So, don’t give up. Give life to those around you instead.

In Wuhan, the epicentre of the Cov19 virus, Christians are voluntarily helping in the life saving efforts, despite risks to themselves.  This, at a time when the Chinese Communist Party is trying to control what they believe and displace God with the Party.  If Cov19 tells us anything, it is that God, not man, is ultimately in charge and calls the shots.  I salute my Chinese brothers.

I pray for you all, that you will know His love and mercy, that He will deliver you from the ‘arrow that flies by day and the pestilence that stalks by night’ (Psalm 91 worth a read at this time, along with Psalm 78), and that He will receive you into His presence for now and all eternity, for such is His desire to do so.  Trust him.  If it is time to leave this earth of woe, you are safe in His everlasting arms if you place your faith utterly in Him.  If you believe in some other god or none at all, then I can only invite you to consider Jesus, and leave you with your thoughts.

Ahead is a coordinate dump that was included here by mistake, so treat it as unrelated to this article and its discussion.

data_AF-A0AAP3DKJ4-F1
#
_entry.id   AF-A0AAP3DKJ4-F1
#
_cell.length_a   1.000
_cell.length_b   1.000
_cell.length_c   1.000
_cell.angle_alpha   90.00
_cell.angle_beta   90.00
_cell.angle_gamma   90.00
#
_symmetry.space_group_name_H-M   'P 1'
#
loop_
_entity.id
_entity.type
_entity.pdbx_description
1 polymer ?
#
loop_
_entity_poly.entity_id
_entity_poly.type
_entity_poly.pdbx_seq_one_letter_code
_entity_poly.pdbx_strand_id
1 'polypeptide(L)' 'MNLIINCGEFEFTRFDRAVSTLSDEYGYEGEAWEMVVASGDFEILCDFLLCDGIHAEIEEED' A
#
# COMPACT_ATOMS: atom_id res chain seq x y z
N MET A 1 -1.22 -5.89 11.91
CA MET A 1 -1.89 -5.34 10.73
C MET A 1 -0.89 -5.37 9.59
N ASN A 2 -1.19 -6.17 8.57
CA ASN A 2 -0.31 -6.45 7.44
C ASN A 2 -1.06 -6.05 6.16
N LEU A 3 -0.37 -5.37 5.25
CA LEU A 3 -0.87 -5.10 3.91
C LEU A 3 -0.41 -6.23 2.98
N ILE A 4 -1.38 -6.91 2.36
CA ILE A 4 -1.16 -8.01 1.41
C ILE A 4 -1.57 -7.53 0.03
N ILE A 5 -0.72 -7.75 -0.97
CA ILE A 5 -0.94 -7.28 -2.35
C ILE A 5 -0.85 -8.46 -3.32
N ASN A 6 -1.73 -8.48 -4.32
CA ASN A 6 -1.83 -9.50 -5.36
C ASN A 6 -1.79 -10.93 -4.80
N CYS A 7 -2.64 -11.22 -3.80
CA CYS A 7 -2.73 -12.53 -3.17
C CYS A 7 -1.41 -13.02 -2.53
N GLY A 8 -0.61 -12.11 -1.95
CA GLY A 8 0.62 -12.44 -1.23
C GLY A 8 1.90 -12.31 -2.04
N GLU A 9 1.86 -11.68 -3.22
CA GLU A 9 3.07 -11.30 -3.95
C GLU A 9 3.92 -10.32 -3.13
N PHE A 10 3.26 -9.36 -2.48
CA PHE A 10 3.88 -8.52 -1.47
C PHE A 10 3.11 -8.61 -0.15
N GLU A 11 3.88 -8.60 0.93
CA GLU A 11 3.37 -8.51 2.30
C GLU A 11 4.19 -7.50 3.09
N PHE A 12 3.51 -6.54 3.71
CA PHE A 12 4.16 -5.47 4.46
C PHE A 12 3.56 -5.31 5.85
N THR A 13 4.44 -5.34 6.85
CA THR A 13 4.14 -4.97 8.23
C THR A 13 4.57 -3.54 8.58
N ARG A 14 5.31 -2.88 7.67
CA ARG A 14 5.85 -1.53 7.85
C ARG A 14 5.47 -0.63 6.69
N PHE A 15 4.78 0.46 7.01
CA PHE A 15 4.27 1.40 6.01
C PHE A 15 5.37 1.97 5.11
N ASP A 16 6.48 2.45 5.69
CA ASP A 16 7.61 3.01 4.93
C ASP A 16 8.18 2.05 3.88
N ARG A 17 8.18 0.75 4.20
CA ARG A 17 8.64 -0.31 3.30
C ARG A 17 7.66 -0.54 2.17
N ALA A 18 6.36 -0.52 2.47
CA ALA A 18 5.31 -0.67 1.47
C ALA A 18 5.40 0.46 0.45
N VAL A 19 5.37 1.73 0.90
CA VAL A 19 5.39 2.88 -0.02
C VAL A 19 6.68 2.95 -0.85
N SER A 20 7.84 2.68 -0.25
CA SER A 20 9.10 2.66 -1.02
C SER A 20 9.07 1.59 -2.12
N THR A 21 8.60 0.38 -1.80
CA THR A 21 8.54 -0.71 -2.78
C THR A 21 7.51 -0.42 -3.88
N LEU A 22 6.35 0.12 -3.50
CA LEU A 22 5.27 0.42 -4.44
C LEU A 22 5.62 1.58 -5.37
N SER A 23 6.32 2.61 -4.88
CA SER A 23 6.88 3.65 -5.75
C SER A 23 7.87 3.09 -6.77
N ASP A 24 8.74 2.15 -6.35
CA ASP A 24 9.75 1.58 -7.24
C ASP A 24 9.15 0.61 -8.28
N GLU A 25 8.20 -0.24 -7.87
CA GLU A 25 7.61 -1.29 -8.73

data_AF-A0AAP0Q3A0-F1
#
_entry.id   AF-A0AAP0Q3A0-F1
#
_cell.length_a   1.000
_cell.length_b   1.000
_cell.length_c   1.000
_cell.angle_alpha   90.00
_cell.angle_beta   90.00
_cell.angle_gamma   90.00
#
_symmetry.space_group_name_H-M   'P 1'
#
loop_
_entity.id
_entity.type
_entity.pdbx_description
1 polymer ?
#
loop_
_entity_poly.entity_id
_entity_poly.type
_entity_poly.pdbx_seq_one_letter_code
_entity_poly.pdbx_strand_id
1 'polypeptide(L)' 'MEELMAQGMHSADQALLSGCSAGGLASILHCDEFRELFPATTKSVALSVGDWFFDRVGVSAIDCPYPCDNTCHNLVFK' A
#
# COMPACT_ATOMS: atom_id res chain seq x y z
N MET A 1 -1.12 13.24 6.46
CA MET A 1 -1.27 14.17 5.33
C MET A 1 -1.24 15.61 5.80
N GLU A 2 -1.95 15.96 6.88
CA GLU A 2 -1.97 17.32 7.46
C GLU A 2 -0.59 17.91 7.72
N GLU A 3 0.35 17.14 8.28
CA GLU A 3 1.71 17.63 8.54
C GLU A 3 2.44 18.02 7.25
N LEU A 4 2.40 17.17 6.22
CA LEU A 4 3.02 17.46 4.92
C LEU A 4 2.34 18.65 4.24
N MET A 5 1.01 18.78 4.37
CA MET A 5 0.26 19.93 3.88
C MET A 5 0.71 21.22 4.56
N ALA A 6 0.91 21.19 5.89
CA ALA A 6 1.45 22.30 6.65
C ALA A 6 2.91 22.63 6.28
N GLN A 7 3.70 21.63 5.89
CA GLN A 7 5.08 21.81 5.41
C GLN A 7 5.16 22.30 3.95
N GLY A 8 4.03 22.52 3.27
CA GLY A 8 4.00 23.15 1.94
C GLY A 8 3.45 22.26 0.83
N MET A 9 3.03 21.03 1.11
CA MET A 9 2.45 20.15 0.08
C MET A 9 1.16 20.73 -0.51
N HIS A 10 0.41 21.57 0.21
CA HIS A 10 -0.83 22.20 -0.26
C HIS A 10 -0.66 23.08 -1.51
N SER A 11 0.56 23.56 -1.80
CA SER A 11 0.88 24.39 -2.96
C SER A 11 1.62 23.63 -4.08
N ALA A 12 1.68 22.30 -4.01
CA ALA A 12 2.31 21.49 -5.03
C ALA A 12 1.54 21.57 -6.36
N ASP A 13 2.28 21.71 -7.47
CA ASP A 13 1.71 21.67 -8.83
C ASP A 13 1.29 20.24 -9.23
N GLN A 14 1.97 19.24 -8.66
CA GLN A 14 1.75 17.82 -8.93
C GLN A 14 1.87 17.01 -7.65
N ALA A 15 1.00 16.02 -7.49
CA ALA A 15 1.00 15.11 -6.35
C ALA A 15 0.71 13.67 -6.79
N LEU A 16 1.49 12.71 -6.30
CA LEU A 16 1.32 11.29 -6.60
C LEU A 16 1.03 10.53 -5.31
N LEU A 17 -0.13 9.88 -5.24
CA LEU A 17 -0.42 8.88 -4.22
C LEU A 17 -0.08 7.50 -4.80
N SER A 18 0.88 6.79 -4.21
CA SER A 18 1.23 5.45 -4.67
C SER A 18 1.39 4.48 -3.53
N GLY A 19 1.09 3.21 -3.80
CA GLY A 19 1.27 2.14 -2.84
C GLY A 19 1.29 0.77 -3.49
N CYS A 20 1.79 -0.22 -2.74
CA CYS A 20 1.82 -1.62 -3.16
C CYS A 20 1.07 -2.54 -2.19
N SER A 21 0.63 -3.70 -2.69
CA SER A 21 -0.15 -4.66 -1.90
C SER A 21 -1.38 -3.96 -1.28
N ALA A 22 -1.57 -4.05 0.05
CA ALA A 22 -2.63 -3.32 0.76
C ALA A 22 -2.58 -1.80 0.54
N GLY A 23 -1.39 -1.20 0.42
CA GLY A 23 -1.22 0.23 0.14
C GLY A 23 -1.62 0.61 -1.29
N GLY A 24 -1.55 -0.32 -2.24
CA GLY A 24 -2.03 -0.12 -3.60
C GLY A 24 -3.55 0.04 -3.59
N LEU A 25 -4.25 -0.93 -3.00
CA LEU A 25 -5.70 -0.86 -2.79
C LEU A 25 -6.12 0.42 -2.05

Please look out for part 2 of this article when it is published on the JCM website. God bless you all,

Graham Ford
President – Jesus Christ for Muslims